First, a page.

Have a Question?
Ask the Graduate
College at our new
Doctoral Dissertation Announcement
Candidate: Denise E. Dedman
Doctor of Philosophy
Department: Educational Leadership, Research, and Technology
Title: Social Work Field Instructors’ Perceptions of On-Line Training
Dr. Louann Bierlein-Palmer, Chair
Dr. Andrea Beach
Dr. Ineke Way
Date: Tuesday, July 1, 2008 12:00 p.m. – 2:00 p.m.
3306 Sangren Hall
This study addressed attitudes and perceptions of social work field instructors regarding on-line training in their roles. While previous studies of the field placement directors of universities’ social work programs had been conducted, there exist no broad studies of the field instructors’ perceptions. Some earlier qualitative studies of field instructors identified time constraints as a significant issue in their willingness to continue accepting interns. This, along with some evidence that the social work profession has lagged behind others in utilizing technology for professional continuing education, was impetus for the current study.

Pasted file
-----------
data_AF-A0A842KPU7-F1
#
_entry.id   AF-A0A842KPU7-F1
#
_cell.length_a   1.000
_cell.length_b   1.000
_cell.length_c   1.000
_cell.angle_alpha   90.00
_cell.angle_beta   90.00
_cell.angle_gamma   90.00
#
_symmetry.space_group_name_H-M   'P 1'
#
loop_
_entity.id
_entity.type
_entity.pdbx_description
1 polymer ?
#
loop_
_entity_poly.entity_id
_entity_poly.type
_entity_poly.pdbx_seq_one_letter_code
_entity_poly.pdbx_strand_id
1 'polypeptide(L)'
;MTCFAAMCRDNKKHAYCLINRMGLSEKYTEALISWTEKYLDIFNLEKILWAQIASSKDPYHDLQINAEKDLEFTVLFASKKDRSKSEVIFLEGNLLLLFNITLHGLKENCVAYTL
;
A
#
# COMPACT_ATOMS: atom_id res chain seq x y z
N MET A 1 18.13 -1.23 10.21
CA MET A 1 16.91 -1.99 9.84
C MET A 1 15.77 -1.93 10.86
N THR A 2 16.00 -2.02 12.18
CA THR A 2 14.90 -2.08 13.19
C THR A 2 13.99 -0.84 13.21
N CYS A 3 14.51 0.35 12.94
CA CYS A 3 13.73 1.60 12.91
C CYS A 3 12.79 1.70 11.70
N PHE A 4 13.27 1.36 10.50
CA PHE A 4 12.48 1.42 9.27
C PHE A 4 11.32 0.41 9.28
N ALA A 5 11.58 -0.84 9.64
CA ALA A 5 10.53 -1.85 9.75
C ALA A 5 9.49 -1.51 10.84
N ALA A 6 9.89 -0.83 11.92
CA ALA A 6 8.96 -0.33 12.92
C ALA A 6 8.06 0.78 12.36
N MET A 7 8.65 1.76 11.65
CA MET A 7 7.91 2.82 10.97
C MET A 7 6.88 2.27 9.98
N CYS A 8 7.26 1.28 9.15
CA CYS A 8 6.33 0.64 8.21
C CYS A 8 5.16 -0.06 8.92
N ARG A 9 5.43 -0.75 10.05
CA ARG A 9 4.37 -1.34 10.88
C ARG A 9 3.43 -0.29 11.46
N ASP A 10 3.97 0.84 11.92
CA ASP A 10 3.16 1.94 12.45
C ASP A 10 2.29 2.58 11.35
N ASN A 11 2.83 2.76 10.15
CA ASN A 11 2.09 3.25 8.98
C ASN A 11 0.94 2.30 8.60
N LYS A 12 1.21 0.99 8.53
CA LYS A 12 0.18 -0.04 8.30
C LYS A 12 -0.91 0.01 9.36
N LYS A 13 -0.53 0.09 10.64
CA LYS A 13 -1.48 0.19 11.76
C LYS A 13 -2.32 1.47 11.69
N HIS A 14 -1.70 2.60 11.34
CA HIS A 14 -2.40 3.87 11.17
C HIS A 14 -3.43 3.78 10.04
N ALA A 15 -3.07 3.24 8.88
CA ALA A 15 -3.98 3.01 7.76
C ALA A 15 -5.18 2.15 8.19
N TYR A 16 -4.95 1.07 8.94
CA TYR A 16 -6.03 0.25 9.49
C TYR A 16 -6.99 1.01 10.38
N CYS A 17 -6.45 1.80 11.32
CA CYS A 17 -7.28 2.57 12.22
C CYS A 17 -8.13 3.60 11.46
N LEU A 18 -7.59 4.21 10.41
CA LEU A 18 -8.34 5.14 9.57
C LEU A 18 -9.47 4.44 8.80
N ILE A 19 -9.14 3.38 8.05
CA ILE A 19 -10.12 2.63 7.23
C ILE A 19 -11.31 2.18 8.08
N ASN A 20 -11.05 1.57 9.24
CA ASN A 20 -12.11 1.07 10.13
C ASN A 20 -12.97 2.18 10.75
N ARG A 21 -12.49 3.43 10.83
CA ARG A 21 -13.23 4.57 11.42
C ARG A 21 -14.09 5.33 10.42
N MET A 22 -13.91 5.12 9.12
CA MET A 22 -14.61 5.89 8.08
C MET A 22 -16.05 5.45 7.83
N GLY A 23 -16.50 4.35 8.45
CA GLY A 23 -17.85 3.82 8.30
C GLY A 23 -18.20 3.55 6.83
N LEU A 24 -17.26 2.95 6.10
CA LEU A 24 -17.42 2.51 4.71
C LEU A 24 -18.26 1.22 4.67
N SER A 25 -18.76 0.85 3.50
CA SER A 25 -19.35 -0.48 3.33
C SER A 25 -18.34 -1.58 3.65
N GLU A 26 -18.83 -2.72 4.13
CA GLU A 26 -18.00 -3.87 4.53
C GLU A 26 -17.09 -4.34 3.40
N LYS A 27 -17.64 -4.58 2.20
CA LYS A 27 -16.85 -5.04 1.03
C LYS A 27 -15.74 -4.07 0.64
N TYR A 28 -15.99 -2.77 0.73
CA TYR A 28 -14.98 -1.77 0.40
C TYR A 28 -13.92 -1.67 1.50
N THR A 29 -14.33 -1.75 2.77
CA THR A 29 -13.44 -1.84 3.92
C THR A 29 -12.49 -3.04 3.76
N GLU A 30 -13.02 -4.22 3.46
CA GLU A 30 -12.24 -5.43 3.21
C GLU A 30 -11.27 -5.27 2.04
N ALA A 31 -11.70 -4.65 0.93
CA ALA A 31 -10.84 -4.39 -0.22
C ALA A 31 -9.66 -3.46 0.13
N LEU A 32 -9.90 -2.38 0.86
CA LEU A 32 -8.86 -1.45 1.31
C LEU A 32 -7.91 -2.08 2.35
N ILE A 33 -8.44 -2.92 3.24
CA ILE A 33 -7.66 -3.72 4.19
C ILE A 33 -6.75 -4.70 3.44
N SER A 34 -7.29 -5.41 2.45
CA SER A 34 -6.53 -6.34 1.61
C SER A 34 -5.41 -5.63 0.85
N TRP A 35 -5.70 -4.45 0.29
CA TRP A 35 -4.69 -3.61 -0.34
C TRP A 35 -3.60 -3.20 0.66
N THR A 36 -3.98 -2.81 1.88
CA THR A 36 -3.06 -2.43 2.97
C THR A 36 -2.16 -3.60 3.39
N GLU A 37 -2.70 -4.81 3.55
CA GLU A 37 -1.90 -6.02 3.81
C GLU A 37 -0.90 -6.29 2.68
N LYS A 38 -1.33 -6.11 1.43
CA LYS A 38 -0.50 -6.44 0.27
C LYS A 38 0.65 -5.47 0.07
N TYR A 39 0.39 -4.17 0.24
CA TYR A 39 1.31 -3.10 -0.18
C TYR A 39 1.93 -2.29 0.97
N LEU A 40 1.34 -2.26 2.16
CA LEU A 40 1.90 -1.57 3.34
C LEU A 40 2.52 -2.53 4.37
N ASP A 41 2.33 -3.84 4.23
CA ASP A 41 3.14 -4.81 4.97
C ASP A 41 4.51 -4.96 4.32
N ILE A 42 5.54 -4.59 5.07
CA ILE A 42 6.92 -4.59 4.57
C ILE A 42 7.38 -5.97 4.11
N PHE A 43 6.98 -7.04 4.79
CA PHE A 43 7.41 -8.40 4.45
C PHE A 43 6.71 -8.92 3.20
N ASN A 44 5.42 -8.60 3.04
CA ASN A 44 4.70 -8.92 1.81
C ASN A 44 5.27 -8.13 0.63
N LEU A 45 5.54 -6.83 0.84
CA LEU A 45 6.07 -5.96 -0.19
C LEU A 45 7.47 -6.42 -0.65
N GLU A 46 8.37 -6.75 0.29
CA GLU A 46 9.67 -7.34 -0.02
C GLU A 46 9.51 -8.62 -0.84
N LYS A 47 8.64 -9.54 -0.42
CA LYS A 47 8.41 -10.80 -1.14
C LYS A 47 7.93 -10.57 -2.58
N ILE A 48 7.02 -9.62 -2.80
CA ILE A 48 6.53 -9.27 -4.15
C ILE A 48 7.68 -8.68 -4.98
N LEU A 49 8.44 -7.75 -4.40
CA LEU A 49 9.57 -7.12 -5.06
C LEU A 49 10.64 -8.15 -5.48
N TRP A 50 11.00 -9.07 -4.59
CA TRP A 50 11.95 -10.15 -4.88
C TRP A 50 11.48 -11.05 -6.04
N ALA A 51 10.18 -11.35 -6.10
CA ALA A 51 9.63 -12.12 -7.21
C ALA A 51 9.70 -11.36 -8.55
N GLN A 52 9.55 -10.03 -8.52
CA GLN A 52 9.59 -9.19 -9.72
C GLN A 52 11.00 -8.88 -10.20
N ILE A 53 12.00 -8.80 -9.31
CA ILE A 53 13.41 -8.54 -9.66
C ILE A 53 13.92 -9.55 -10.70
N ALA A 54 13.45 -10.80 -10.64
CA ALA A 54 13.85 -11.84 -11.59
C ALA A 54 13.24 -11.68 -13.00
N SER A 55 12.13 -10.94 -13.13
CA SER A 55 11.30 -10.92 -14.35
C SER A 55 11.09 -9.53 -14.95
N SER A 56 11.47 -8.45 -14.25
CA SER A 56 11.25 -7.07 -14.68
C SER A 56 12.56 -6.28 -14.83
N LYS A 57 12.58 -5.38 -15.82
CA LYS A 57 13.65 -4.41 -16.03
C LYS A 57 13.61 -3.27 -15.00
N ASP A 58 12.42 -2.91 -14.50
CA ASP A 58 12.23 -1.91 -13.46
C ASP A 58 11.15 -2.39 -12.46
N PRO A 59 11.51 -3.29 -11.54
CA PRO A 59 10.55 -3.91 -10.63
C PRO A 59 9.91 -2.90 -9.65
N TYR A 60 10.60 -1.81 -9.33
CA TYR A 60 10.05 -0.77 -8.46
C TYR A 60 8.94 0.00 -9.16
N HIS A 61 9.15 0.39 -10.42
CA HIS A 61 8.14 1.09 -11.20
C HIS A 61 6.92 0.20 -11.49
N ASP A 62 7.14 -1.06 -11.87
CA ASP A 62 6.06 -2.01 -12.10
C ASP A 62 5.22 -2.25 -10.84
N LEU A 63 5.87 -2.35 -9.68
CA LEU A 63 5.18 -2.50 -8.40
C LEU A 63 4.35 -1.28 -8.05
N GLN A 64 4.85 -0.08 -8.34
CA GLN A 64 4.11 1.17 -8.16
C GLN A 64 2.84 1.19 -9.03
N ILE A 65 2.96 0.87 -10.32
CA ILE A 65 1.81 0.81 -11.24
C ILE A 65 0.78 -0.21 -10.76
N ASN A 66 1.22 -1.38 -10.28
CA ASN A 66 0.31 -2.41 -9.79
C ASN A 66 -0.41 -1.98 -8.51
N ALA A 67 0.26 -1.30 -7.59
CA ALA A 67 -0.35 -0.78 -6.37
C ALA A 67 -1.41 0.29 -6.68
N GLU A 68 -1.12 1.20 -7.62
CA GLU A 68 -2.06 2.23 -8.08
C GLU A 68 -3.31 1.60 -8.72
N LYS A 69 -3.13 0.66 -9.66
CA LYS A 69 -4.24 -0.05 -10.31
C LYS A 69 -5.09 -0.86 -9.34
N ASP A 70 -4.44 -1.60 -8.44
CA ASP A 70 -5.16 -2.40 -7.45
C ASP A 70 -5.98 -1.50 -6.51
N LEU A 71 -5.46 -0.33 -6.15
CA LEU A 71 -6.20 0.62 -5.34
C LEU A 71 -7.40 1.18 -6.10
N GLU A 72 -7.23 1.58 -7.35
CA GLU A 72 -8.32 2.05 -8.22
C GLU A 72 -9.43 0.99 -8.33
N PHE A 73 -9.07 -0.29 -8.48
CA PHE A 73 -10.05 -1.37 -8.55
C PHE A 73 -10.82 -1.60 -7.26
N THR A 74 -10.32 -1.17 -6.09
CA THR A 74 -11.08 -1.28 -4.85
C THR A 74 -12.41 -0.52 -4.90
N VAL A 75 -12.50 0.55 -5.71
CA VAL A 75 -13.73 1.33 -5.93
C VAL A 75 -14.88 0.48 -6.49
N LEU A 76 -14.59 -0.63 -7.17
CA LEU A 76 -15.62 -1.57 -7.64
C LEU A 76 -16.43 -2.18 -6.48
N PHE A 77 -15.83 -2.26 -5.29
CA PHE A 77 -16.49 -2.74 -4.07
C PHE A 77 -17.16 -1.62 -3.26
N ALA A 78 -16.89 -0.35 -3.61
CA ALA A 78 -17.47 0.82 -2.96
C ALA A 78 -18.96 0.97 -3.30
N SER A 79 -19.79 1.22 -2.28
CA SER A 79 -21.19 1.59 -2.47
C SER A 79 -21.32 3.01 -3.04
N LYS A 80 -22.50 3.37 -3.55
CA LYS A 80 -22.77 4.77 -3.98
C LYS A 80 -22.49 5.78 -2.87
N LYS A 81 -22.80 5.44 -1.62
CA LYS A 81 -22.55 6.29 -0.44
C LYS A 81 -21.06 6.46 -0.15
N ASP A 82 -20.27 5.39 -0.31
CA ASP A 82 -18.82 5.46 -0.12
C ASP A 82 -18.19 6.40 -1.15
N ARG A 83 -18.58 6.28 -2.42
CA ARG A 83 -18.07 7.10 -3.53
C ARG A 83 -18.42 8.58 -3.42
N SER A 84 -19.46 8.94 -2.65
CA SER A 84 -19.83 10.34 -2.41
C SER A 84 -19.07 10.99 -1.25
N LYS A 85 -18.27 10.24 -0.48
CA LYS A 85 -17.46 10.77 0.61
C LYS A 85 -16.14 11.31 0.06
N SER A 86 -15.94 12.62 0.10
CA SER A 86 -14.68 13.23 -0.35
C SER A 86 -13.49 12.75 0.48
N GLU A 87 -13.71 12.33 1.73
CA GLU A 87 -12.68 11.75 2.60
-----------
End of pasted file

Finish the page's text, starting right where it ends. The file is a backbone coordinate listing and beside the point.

This non-experimental quantitative study used an emailed survey to more than 600 field instructors in the state of Michigan, producing a total of 208 responses. Field placement directors at 4 universities, involving 3 BSW programs and 3 MSW programs, forwarded these surveys to all their field instructors. The dependent variable of this study was the inclination of field instructors to participate in an on-line training program. Independent variables included the length of experience at the terminal degree level, distance the field instructor would travel to a campus-based training, amount of experience and previous training as a field instructor, confidence with internet and computer skills, age, and desire to obtain professional continuing education credits.
A vast majority of respondents indicated that they would consider participating in an on-line training, while less than 5% rejected the idea entirely. Most field instructors reported using high speed internet connections and frequently engaged in emailing. The majority, even those who rejected the idea of participating in on-line training expressed confidence in their computer literacy and internet use skills.
Even though they had access to high speed internet and felt confidence in their skills with technology, field instructors continued to express concern about the lack of warmth in on-line training. Their willingness to engage in training through this modality suggests that it should be considered by schools of social work as an option to provide necessary training to busy professionals who are volunteering to supervise social work students. However, consideration should be given to field instructors’ concerns regarding the loss of the interaction in face-to-face training.